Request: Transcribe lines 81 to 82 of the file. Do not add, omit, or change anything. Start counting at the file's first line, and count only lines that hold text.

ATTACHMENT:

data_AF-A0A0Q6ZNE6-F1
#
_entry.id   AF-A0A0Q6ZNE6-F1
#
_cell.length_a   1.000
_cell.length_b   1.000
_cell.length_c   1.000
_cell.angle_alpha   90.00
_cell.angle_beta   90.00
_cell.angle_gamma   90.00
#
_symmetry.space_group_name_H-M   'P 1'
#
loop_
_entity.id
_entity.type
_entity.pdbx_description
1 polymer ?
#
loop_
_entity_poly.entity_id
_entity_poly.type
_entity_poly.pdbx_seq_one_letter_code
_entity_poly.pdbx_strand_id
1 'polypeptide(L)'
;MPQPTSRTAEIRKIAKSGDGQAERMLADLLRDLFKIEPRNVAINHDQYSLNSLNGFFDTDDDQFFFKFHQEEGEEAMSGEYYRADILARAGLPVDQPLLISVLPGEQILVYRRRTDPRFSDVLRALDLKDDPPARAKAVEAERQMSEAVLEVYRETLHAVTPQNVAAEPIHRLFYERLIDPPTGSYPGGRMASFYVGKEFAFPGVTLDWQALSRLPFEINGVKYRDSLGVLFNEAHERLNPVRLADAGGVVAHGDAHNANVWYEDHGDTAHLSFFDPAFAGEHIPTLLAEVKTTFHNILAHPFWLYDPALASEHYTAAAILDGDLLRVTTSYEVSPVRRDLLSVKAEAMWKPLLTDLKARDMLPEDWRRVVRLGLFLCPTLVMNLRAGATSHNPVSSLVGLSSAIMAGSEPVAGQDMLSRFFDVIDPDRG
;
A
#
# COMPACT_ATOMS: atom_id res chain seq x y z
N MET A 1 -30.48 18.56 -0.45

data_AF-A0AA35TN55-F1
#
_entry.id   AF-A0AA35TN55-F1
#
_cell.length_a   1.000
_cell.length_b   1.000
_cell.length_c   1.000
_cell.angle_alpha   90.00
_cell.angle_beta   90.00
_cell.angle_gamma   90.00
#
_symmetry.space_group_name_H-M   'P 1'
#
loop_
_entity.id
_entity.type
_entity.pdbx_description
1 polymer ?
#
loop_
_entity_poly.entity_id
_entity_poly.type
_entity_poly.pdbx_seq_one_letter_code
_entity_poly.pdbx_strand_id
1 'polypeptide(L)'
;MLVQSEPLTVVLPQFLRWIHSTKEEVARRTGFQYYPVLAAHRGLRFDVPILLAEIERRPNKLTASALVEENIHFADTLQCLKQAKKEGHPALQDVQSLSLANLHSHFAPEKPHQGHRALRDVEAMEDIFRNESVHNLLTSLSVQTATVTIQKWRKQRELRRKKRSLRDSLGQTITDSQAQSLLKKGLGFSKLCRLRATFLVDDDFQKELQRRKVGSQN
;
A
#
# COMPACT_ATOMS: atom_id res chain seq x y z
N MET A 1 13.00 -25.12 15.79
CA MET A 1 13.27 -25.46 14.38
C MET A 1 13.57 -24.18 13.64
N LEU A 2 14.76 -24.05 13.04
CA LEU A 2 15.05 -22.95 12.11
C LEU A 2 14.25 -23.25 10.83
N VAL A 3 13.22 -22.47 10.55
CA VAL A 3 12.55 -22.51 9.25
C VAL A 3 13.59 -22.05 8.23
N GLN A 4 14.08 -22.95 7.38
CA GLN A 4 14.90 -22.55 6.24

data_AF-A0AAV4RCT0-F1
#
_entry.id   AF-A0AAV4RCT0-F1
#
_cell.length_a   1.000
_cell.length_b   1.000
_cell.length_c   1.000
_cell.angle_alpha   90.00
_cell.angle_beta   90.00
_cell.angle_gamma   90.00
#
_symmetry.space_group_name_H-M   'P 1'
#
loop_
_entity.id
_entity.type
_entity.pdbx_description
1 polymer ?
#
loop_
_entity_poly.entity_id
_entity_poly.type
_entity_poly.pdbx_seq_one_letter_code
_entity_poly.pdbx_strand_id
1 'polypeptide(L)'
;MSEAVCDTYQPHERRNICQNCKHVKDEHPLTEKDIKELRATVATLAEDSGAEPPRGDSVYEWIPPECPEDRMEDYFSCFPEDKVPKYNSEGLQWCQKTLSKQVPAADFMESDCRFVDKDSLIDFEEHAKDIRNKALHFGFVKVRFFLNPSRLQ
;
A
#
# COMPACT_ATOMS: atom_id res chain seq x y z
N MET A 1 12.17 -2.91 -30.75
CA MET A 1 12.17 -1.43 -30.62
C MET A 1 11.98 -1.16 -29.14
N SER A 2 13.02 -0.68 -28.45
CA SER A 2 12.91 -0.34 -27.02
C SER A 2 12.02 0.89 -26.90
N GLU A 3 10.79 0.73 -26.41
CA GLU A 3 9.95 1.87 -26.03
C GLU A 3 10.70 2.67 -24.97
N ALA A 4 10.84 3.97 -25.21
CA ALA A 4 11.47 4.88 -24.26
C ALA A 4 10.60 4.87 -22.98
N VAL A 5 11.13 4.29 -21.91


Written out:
_cell.angle_beta   90.00
_cell.angle_gamma   90.00